Month: July 2014

Grab Your Nearest Gadget and Save These Dates!

UHMS Chapter Meetings are back, and they are more engaging, enriching, and educational than ever!

Join us in one of three great cities around the U.S. for a unique, dynamic, three-day CME/CEU accredited event that will give you the tools you need to create an exceptional practice in diving and undersea medicine, hyperbaric medicine, and wound care.

Your local UHMS Chapter Meeting is the one event where you can learn and network with the best and the brightest leaders in the fields of diving and undersea medicine, hyperbaric medicine, and wound care. You will leave with all the education you need to take your clinical practice to the next level of success. Register today for the best price (and save)!

“Attending the Pacific Coast Chapter meeting has allowed me the opportunity to meet local and regional exports in the field. I have built and maintained strong personal and professional relationships over the years with these friends and colleagues, and I would not have been able to do that if I had not attended this meeting.” – E. Huang, MD, UHMS and PCC member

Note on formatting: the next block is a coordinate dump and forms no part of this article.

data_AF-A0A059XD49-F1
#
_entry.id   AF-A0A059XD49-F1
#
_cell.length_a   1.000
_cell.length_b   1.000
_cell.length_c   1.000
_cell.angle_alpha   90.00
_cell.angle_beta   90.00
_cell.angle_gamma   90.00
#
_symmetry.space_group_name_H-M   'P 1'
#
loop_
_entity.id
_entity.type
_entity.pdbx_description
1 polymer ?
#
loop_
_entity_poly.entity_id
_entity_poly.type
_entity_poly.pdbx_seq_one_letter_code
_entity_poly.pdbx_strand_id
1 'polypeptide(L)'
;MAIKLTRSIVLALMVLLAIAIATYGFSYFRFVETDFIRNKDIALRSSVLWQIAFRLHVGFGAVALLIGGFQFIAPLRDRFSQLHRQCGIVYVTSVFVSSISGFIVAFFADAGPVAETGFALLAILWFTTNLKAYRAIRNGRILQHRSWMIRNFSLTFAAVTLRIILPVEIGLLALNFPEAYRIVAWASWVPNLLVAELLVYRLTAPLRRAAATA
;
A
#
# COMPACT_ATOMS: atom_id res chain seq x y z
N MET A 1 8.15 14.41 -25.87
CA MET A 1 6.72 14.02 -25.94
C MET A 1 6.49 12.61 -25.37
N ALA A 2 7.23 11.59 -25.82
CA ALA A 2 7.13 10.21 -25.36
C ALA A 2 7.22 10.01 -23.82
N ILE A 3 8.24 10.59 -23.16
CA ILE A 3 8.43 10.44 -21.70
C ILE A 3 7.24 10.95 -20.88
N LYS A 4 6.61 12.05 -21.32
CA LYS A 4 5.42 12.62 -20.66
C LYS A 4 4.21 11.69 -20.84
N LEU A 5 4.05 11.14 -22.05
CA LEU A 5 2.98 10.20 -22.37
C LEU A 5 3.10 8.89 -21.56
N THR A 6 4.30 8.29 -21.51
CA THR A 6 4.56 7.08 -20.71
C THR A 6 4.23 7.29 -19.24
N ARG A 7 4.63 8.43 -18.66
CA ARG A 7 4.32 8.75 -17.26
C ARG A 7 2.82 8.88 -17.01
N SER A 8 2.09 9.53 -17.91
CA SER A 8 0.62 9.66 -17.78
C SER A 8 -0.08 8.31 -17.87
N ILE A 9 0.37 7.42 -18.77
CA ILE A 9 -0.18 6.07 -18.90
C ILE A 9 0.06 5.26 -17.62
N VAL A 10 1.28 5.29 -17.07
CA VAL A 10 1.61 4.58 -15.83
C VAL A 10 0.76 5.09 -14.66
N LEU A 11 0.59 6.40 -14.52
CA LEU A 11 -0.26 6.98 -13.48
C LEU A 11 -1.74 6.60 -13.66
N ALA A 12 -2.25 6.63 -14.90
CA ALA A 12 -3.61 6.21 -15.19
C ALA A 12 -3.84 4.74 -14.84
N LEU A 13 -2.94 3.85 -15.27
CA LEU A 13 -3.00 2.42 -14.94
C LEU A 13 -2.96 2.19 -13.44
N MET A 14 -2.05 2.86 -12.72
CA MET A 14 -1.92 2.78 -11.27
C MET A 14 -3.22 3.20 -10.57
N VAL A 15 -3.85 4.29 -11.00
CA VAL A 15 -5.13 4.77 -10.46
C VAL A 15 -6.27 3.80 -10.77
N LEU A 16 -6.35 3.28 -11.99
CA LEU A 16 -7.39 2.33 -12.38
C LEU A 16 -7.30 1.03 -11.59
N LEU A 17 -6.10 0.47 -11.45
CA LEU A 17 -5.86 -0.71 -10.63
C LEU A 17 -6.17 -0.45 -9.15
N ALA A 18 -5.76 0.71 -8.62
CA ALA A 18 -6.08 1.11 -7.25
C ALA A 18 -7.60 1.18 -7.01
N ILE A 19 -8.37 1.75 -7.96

Industry pioneers will lead the charge, teaching about:

  • The latest developments in dive medicine and practical applications for divers (along with some very entertaining “salty sea tales”)
  • Solutions to current challenges facing hyperbaric clinicians
  • State-of-the-art strategies for treating problem wounds

Set aside these dates and join us!

Catch the early bird pricing still available for some cities and save $100 off the price of registration! Refer a friend or colleague and save even more!

Get these dates freed up and join us!

“STOP” prior to the start of every hyperbaric treatment: UHMS Position Statement

StopThe Safety Committee of the Undersea and Hyperbaric Medical Society recommends that a Safety Time Out/Pause (STOP) be performed prior to the start of every hyperbaric treatment. A STOP should be completed regardless of multiplace or monoplace operations. A STOP will be performed in order to be compliant with safety goals, to combat complacency, and document completion of our unique safety practices. We recommend that the STOP be modeled after the timeouts performed before surgical procedures.

The Practice of Hyperbaric medicine is a procedure-oriented specialty, each patient should have two identifiers verified and the patient should agree to the procedure. For the safety of patients and staff, we strongly encourage documentation of a STOP verifying the “Right Patient, Right Treatment and Right Safety.”

The STOP checklist should include: Checklist

  • Checking the patient ground (monoplace)
  • All prohibited items are removed from the chamber (both monoplace and multiplace)
  • The treatment profile and staffing plan should be confirmed
  • The completed STOP checklist dated and signed or initialed by two staff members prior to closing the door of the chamber.

The Society recommends that each hyperbaric facility and institution develop and implement a Safety Time Out/Pause (STOP) protocol with these basic elements. A more detailed protocol may be in order depending on the specific needs of the facility.